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Fuel Additives and more problems – Ethanol

Twenty years ago we were worried about the additives Tetra-Ethyl-Lead (TET) being removed from our petrol and the effects this would have on the exhaust valve seats of our engines. Those that were destined to suffer the worst were those cut direct into the cast iron of the cylinder head. Back then we were bait for those con-merchants trying to sell us things like packets of tin balls to drop into our fuel tanks. The claims were that this would improve the fuel’s octane rating and protect our valve seats. One claim was based on the supposed fact that in Russia in WW2 this tin additive had protected the valve seats of the Rolls Royce Merlin engines fitted to the Supermarine Spitfire. Russian petrol was awful and only about 80 octane. Well, the tin may well have upped the octane rating as I cannot disprove that, but as I have worked on Merlin and Griffon Vee 12 aero-engines (RAF Aircraft Engine Fitter) I can confirm that their cylinder heads are made of a cast magnesium alloy with hardened steel valve-seat inserts, screwed into the head. So no tin balls were needed to protect those valve seats! A diagram of the Merlin head is shown for you to study. To stop our car’s engines having their cast iron valve seats burnt away, many had the cylinder head modified with hardened steel inserts being fitted. Sometimes this was not possible and I have to put an additive into the petrol tanks of my two ancient AJS motorcycles each time I fill up. My MG YB had its head leadfree modified fifteen years ago by Ely Classics (then called Ely MG). Once the TET had been replaced with some very volatile and ecologically unfriendly chemicals, it was not long before the EU drew up a ruling that we were to remove these current additives and use an alcohol based one.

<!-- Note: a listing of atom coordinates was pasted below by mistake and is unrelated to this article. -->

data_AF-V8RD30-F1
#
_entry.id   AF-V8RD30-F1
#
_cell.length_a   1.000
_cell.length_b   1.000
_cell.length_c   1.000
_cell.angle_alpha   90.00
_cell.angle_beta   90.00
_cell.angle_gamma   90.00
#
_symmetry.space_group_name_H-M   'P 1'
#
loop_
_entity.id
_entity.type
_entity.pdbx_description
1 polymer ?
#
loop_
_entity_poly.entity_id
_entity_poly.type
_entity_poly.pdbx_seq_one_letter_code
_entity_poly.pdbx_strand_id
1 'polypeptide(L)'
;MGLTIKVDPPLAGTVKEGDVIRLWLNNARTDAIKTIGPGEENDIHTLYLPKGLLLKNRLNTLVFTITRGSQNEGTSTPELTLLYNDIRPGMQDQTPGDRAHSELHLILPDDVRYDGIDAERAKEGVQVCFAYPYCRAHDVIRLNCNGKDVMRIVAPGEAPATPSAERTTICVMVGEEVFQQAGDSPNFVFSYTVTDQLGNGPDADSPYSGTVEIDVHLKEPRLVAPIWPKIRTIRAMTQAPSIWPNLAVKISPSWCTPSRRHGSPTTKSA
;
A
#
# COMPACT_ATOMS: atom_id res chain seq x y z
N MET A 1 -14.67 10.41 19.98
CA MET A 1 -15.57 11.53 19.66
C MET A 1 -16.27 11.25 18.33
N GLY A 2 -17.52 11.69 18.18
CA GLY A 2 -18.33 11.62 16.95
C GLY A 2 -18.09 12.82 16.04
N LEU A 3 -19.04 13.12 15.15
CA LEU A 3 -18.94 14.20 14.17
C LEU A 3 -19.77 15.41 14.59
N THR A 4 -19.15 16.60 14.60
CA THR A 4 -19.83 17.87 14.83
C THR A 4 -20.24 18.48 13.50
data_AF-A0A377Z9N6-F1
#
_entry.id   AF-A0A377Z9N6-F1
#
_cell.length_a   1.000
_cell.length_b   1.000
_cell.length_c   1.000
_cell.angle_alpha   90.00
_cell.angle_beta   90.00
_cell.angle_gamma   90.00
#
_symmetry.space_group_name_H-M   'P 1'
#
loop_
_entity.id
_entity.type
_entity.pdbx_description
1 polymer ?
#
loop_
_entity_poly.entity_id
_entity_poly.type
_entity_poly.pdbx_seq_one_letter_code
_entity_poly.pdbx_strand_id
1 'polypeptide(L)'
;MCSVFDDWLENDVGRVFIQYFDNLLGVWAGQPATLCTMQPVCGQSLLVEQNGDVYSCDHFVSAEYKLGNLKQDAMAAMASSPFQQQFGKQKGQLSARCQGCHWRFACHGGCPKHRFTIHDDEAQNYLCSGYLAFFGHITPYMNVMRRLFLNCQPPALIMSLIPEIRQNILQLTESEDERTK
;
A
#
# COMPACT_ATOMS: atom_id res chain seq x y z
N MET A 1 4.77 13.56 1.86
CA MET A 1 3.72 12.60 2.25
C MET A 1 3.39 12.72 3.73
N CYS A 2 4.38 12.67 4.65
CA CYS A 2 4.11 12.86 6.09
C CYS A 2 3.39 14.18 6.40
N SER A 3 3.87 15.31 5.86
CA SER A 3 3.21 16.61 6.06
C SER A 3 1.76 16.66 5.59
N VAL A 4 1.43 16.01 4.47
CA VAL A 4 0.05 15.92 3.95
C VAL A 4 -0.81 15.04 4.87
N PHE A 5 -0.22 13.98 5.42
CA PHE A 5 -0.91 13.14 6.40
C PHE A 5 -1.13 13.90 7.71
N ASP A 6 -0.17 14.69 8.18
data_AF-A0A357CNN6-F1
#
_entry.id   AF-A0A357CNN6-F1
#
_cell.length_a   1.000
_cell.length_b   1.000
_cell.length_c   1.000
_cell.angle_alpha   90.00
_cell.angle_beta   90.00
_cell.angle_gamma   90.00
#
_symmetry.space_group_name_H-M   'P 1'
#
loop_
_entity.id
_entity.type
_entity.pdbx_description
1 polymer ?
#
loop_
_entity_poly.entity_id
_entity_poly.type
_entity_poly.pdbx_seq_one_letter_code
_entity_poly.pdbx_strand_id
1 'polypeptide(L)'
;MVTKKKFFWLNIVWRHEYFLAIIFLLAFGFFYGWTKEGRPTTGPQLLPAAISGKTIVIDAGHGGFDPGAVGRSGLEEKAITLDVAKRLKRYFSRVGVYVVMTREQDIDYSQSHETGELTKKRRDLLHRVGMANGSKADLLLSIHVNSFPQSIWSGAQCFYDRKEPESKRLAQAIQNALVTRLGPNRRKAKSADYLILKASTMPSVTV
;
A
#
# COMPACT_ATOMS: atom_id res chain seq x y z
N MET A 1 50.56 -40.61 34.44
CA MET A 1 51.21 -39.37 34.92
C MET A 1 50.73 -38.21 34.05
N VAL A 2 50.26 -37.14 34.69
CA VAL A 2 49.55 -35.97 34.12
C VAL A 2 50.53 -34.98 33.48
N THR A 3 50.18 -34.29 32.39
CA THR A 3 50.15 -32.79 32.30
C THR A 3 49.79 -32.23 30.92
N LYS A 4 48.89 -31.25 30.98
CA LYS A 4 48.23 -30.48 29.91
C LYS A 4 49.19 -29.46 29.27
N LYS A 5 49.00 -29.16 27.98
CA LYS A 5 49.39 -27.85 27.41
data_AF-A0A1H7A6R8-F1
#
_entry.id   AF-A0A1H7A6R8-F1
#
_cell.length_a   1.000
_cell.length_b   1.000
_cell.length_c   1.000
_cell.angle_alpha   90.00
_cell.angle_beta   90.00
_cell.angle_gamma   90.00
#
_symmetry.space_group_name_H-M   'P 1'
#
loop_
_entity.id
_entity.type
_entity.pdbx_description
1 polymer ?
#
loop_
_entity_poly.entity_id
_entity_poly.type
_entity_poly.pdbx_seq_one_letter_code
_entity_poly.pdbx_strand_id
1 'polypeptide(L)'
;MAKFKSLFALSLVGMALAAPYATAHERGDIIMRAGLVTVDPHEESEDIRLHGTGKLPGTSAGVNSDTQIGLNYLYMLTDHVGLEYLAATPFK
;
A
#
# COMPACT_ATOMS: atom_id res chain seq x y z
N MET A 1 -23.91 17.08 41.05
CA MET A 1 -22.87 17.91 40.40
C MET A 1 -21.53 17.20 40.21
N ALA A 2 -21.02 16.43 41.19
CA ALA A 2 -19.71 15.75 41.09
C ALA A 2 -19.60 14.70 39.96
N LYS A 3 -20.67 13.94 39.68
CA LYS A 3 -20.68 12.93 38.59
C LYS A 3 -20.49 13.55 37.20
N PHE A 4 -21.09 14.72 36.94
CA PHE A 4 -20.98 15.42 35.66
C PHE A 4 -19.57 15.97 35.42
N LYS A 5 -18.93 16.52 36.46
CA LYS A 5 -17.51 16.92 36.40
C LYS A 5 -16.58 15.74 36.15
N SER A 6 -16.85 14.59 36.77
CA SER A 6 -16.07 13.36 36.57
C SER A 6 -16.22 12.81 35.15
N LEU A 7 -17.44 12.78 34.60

On the face of this it seemed logical, but they are using our food to produce Ethanol for adding to car petrol! In a world already short of food I find this amazing. With an alcohol you produce mostly water when it is burnt. They distill sugar cane, sugar beat, cereals and wood chippings to produce this ethanol. Currently the EU is making us add 5% of it to petrol. Soon this is to rise to 10%. You can buy quite high levels of this added to petrol at garage forecourts, and you need to look out for the ‘E’ signs; ie, E85 is a fuel that has 85% of ethanol in it. E10 has 10%. Ethanol improves the octane rating of petrol but does not protect your valve seats as TET did. TET was removed as lead levels were rising to dangerous levels in busy cities. Lead in your bodies system drives you mad! So adding ethanol seems at first sight, apart from using our food supply, not too dangerous.